Instead of answering the question, “What do you do?” with “I’m a technical writer” or “I’m unemployed,” come up with a creative job title, such as “Software Developer Language Adapter,” and then tell a humorous, 60-second story about how you translated unintelligible notes written by an ESL Chinese programmer into a readable English help file, in spite of not being able to understand his answers to your questions. People love stories, and they’re more likely to remember you if you tell them a story, especially a funny one.

Conclusion: Use your imagination to get the job you want.

Ignore the panicked voices in your head, and focus on the ways in which you can serve your new company and its customers.Think of a potential employer as a potential client. Make lists of your strengths, experience, and skills and imagine using them in your new job. And then make lists of what you would like to see and do in your new job and imagine that you’re already working there. Imagine walking in the front door on your first day. Imagine that you are perfectly qualified, that you are working with awesome people, doing what you love to do, solving problems and coming up with better and more creative ways to serve.

Does it get any better than this?

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Happy hunting!

Featured photo credit: Maytee X HunStrts/filin ilia – aliyo.hu via flickr.com

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Last Updated on August 10, 2020

10 Things You Should Do If You’re Unemployed

10 Things You Should Do If You’re Unemployed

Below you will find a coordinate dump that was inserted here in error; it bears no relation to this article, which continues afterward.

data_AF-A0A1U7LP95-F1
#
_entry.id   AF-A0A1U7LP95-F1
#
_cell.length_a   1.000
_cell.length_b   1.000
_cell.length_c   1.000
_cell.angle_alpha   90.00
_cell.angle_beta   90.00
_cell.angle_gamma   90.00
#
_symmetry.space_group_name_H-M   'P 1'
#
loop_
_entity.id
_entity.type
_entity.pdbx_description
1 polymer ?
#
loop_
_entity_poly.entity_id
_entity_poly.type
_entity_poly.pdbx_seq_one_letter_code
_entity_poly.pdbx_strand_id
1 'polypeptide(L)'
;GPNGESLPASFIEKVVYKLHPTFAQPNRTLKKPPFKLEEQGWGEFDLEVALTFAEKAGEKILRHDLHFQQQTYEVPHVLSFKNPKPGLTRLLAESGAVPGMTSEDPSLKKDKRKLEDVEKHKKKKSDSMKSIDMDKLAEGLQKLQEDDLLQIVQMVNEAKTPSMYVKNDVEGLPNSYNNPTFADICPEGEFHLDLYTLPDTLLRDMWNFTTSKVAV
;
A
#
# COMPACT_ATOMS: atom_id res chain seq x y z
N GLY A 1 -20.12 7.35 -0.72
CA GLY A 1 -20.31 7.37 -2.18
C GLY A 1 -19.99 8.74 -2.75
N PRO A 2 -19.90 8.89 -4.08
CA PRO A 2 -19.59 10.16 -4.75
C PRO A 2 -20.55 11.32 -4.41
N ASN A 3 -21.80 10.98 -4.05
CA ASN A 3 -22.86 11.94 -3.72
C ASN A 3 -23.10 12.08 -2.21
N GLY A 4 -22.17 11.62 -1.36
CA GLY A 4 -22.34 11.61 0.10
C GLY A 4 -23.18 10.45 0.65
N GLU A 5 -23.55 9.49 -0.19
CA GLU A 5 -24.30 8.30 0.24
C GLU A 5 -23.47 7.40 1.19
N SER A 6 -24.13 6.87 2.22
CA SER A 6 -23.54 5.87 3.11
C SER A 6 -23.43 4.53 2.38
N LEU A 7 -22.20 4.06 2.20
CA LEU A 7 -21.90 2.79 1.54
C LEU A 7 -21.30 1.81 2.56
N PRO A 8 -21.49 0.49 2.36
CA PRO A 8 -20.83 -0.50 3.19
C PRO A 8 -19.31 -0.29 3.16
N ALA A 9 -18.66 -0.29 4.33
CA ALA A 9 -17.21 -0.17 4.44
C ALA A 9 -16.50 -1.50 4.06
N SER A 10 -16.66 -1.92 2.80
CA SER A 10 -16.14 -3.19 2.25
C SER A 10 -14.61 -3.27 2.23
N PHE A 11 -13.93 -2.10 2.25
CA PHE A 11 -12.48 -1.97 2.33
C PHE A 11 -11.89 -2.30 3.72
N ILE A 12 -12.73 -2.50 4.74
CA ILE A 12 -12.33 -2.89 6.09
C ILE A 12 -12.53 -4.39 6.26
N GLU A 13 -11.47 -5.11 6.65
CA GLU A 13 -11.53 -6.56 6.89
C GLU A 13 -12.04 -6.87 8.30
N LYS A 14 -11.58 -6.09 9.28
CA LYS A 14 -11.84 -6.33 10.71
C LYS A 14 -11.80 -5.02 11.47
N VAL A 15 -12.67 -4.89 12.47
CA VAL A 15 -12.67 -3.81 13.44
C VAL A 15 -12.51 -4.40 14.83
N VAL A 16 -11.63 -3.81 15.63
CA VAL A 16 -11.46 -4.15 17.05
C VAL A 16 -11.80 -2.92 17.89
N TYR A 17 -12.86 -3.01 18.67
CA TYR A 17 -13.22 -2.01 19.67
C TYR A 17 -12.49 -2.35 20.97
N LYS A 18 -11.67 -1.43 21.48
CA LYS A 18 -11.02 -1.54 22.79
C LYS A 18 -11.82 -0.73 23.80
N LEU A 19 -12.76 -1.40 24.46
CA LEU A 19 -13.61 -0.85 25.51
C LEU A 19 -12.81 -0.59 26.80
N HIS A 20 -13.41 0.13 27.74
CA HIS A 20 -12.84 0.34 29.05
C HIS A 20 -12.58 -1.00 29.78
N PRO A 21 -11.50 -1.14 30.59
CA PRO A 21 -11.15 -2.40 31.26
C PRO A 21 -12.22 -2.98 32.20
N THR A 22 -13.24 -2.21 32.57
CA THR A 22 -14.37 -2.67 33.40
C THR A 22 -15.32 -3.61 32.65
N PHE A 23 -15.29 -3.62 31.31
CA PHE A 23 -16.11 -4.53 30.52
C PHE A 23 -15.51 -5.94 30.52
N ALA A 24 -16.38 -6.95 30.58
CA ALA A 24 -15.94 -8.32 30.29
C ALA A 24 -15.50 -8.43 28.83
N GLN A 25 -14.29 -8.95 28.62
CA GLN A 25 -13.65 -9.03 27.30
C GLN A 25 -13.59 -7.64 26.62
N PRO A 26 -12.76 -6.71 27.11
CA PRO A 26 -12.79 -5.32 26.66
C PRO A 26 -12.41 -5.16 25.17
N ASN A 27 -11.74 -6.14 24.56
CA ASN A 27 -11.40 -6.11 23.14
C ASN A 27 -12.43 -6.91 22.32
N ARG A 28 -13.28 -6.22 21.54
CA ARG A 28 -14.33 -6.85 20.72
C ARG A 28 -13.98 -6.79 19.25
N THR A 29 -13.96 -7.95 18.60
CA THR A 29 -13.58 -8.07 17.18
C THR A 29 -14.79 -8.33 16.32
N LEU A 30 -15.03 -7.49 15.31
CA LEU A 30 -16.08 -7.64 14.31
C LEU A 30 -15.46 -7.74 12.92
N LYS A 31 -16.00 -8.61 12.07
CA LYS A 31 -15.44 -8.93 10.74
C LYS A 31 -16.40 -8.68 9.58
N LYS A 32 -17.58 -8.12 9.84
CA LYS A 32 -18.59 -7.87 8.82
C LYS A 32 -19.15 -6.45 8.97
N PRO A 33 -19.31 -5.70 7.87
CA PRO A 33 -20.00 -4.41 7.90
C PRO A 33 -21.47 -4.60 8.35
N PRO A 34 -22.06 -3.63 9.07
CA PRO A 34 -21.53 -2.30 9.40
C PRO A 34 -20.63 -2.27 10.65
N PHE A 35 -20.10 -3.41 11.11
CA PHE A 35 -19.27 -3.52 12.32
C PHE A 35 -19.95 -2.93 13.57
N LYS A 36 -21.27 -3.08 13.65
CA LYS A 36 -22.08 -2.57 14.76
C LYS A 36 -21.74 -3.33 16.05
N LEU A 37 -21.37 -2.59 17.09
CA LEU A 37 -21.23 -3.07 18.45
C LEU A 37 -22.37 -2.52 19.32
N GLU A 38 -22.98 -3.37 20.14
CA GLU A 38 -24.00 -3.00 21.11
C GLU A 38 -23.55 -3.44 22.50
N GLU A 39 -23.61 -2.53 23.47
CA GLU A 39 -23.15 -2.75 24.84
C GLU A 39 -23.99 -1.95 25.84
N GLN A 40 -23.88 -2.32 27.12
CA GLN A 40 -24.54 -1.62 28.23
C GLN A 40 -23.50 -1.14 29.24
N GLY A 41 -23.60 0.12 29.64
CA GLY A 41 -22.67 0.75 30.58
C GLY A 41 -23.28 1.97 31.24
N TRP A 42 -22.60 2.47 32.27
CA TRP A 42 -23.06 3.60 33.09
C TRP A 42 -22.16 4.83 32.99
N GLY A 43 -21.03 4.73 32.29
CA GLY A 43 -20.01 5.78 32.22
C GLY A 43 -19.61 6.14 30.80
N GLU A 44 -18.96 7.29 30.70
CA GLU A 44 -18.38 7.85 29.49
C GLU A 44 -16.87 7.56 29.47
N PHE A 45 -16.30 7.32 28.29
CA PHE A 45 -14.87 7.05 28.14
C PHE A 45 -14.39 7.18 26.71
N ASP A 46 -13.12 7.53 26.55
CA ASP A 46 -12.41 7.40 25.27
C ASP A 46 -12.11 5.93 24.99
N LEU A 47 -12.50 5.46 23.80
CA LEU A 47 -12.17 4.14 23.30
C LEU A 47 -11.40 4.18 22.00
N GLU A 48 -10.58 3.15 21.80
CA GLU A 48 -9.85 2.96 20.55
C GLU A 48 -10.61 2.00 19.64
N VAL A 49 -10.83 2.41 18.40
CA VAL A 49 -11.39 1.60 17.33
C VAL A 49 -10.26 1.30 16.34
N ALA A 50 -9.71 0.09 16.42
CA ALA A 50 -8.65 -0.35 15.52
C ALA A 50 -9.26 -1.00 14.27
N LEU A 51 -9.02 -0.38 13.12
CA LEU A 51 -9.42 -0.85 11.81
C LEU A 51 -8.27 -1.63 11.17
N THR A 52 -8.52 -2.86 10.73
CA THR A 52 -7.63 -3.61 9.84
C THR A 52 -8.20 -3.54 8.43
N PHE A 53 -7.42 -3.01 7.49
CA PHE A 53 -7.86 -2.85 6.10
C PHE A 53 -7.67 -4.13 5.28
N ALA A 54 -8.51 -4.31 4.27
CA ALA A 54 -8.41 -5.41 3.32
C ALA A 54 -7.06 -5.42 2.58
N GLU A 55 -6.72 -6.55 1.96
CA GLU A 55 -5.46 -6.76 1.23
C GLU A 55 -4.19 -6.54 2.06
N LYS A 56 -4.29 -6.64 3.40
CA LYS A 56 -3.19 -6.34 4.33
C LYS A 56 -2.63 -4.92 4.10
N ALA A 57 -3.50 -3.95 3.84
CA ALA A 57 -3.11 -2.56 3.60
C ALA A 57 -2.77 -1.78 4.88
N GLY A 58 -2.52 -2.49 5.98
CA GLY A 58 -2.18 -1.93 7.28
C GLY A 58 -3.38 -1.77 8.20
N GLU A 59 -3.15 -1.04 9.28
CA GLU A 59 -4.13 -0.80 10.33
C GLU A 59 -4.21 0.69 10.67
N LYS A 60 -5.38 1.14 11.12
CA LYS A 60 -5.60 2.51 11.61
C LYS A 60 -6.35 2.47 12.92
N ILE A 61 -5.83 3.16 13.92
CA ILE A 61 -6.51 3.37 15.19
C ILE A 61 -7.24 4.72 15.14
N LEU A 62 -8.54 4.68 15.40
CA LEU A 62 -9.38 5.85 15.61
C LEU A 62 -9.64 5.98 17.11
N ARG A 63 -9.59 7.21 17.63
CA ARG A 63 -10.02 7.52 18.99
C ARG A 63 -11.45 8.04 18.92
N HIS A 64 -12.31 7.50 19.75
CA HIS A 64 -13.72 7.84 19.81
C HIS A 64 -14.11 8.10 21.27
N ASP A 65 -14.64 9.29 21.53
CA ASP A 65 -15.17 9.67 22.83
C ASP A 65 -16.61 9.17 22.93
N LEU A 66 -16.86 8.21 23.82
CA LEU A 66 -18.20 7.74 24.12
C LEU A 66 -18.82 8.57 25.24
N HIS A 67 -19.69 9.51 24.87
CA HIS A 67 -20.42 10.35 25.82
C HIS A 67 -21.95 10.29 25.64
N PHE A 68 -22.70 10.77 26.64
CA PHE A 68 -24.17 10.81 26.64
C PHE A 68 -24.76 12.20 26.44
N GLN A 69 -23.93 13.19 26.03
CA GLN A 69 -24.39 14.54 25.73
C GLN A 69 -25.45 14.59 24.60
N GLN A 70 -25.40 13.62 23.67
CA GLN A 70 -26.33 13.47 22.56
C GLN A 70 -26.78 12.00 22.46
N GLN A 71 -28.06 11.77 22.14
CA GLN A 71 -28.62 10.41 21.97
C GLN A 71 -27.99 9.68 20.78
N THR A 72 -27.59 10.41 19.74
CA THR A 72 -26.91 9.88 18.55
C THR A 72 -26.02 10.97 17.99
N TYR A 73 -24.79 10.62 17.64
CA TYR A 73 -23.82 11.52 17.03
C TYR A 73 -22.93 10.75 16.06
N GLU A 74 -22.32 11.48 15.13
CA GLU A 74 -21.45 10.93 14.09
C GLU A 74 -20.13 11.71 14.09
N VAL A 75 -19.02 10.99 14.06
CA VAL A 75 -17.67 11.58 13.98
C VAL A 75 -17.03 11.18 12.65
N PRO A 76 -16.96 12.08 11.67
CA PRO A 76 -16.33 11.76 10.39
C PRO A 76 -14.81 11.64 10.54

Regardless of your background, times today are tough. While uneven economies around the world have made it incredibly difficult for many people to find work, the recent COVID pandemic has made things worse.

Regardless of age and qualification, stretches of unemployment have affected us all in recent years. While we might not be able to control being unemployed, we can control how we react to it.

Despite difficult conditions, there are many ways to grow and stay hopeful. Whether you’re looking for work, or just taking a breather between assignments, these 10 endeavors will keep you busy and productive. Plus, some may even help push your resume to the top of the next pile.

Here’re 10 things you should do when you’re unemployed:

1. Keep a Schedule

It’s fine to take a few days after you’re finished at work to relax, but try not to get too comfortable.

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As welcoming as permanently moving into your sweatpants may seem, keeping a schedule is one way to stay productive and focused. While unemployed, if you continue to start your day early, you are more likely to get more done. Also, keeping up with day to day tasks makes you less likely to grow depressed or inactive.

2. Join a Temp Agency

One of the easiest ways to bridge the gap between jobs is to find temporary work, or work with a temp agency. While many unemployed people job hunt religiously, rememberer to include temp agencies in the search.

While not a permanent solution, you will be in a better position financially while you search for something permanent.

3. Work Online

Another great option if you’re unemployed is online work. Many different sites offer a variety of ways to make money online, but make sure the site you’re working for is reputable.

Micro job sites such as Fiverr and Upwork as well as sites that pay for you to take surveys, are all quick, legitimate options. While these sites sometimes offer lower pay, it’s always better to move forward slowly than not at all.